Every company plans for an orderly transfer of power, but there are times when that transfer has to be done on a more urgent schedule.
Whether it’s Apple CEO Steve Jobs’ health scare, Oracle CEO Larry Ellison’s tendency for an adrenaline rush or Broadcom CEO Henry Nicholas being busted for allegedly selling drugs, the fear always seem to loom that a time might come when a chief executive leaves the company minus the good-bye party and an orderly transfer of power.
As a result, it seems logical that companies ought to have a well thought-out line of succession to minimize disruption if unexpectedly facing the loss of a leader.
What we’ve found, however, is that firms have varying degrees of preparedness, while others’ lines of successions might be unexpected.
When we first looked at the tech industry’s CEO line of succession in 2006, we saw companies in various states of preparedness. Since then, a few of those companies have changed leadership to great effect.
It is a matter of responsibility for every public company to have a line of succession planned in case of emergency. For the IT field, it’s particularly important because this is a rapidly changing market and always will be. A company can ill-afford to go six months or a year without a CEO. That’s an entire product generation or two. A company in a slower-moving industry might get away with it but no tech company could wait that long.
The IT industry plays by a slightly different set of rules, noted Charles King, principal analyst of Pund-IT.
“I can’t think of any other industry, except maybe film and music, where there are what you might call cults of personality around many of the executives,” he said.
It’s happened before, he noted, always in hot, growth industries. In the 1920s, when oil was big, John D. Rockefeller enjoyed the profile Steve Ballmer of Microsoft and John Chambers of Cisco enjoy today. These days, oil executives are more likely to be vilified. When steel was a booming industry, Andrew Carnegie was the rock star. Today, steel is boring.
So for now, the first generation of tech leaders enjoy near-movie-star levels of celebrity as well as tremendous importance to their business.
“But it does raise the question of what happens when someone checks out or leaves,” King said. “For a company that really depends on its CEO for its mojo, the question is really serious.”
The company with the most question marks swirling around it these days is Apple (NASDAQ: AAPL). There will always be concerns about Steve Jobs’s health, even if he lives another 30 years, due to his coming down with what could have been a deadly form of cancer. His recent gaunt appearance at the World Wide Developer Conference has only increased worries.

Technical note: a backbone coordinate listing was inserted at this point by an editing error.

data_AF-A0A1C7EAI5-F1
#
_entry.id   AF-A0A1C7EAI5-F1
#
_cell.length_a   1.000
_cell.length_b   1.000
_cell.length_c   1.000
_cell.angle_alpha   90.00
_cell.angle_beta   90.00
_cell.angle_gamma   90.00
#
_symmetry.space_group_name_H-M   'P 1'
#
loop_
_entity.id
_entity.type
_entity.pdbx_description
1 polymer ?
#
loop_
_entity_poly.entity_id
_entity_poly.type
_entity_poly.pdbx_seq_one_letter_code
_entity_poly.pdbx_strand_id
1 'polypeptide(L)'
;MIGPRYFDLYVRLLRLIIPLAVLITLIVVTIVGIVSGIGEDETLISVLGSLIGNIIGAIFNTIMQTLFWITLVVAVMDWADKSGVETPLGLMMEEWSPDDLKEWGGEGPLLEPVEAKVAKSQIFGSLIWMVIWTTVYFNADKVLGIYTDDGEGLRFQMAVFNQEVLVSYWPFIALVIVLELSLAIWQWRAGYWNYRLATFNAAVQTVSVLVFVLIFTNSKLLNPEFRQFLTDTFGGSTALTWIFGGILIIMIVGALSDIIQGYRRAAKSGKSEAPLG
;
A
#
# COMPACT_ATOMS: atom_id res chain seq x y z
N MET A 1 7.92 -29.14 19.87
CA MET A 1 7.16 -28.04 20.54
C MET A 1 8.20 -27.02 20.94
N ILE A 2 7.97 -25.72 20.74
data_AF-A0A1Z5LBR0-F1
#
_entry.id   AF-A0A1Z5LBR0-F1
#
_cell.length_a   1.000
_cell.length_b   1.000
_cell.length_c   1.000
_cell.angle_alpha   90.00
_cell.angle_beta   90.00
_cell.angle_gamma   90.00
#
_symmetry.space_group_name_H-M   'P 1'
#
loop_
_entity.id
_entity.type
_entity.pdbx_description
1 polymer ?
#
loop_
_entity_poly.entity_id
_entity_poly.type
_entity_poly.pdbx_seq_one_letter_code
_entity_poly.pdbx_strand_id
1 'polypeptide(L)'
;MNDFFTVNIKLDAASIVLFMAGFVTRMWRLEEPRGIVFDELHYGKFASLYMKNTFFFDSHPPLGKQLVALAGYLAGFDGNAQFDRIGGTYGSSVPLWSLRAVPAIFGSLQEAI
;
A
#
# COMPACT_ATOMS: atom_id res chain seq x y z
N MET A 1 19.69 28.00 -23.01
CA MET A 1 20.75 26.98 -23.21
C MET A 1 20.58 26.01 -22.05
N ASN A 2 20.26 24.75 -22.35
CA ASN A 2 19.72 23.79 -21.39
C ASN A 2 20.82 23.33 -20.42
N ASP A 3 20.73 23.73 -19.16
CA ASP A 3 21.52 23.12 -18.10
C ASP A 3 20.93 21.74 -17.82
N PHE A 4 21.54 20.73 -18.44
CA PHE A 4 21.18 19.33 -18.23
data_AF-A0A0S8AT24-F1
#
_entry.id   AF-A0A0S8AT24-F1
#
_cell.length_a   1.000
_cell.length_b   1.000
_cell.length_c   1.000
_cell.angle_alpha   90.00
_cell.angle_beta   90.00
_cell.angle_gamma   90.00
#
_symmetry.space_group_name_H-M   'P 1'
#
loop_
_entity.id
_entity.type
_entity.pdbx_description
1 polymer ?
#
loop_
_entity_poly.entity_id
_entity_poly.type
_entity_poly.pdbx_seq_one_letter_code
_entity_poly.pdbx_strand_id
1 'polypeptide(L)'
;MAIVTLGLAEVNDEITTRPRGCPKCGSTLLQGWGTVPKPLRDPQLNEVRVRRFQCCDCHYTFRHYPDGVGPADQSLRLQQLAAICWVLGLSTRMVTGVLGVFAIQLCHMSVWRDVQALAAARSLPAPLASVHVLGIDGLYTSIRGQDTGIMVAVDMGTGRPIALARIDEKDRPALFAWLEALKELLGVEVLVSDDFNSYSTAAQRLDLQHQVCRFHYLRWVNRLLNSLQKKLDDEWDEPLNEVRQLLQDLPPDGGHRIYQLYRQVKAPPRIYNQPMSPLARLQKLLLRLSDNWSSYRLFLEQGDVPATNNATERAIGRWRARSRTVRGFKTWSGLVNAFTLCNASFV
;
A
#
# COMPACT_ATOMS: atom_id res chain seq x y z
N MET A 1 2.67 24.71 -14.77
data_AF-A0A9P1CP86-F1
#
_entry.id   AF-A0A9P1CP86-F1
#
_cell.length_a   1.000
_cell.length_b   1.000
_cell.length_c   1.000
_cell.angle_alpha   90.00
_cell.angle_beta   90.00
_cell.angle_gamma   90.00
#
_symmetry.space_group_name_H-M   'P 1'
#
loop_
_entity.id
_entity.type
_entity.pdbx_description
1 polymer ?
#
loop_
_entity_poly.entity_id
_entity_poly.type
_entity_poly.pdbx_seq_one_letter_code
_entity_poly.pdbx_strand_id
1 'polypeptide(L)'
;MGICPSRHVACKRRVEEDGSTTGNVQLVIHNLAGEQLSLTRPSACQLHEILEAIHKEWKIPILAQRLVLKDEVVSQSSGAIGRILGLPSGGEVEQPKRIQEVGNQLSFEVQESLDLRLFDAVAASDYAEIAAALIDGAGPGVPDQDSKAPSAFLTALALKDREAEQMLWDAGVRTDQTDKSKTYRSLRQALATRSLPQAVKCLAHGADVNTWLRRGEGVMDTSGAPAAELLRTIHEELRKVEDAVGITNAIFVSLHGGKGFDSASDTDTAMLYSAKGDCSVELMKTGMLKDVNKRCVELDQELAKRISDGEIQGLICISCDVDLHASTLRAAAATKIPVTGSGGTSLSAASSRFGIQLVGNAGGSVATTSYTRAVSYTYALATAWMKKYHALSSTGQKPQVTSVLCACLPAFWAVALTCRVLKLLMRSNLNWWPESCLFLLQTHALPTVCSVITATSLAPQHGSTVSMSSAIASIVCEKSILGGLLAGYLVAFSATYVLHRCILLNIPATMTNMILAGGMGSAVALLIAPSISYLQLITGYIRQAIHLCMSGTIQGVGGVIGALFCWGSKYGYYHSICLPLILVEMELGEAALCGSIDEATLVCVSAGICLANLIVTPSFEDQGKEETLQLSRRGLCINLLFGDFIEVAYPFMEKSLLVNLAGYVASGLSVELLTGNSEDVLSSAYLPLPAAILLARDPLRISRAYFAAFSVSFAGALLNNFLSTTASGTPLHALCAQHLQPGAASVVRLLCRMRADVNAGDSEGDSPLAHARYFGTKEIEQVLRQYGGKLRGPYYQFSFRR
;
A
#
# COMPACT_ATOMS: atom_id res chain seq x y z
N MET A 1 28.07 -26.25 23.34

Jobs and Apple are widely viewed as inexorably linked, so replacing him seems darn near impossible. Fortune magazine, noting all the chatter about Jobs’ condition, recently ran a speculative story on his potential successors.
No less than 11 executives came up, including COO Tim Cook and Jonathan Ive, the senior vice president of industrial design and head of Apple’s design team that gives all of its products such a stylish look.
While those two are considered the leading contenders, the truth is, no one knows, since determining who might succeed Jobs is made all the more difficult because the company operates in such secrecy.
Jonathan Ive and Tim Cook
“The consensus would be [that] Jobs certainly sets the tone and has the vision and sets the very high standards, which people under him have to meet,” Insight64 Research Fellow Nathan Brookwood told InternetNews.com. “Yeah, there are some good people in terms of the folks who are running the software and hardware groups, but they are kind of invisible to the outside world. And it’s not clear that any of them have that same magnetic, demanding, dictatorial nature that Jobs has demonstrated.”
But others thought there are people in place.
“It’s becoming clear that although Steve is still the visionary, that vision is part of an executive team vision,” Tim Bajarin of Creative Strategies said.
“They don’t have short-term visions,” Bajarin said, pointing to the fact that the iPhone was first kicked around in Apple back in 2002.
“They have visions the team puts together and test things that are more in 10-year cycles, not one year,” he said. “In that context, it seems clear to me that more and more of the team is involved in crafting the roadmap.”
Page 2: IBM, Intel and AMD
Page 2 of 4
That team includes Cook and Ive, whom the Times of London speculated could be Jobs’s heir, as did Fortune.
There’s also Bertrand Serlet, who heads OS development, and Phil Schiller, the marketing head. But if any of them is on tap to replace Jobs, Apple is, as usual, playing it close to its vest. The company declined to comment on this story.
Most well-run companies have adopted a strategy that IBM is best known for using, moving its up-and-coming executives around across as many divisions as possible to give them the broadest exposure to the firm’s array of products.
That’s what’s at work in most of the firms on this list, as well.
However, many don’t talk publicly about their line of succession. If one person is identified as an heir too early, those not in line for the top spot may leave.
“Folks who tend to be in high-level executive positions are extremely ambitious,” King said. “If they’ve got their eye on a particular chair and it doesn’t look like it will be open in the near future, it’s not unlikely for them to look elsewhere.”
IBM (NYSE: IBM) set the standard for preparing executives for higher positions by moving them around the company so frequently. It’s because of this broad exposure to different areas of the business that IBM is frequently poached for executive talent. CA (NYSE: CA) even jokingly refers to itself as “IBM East.”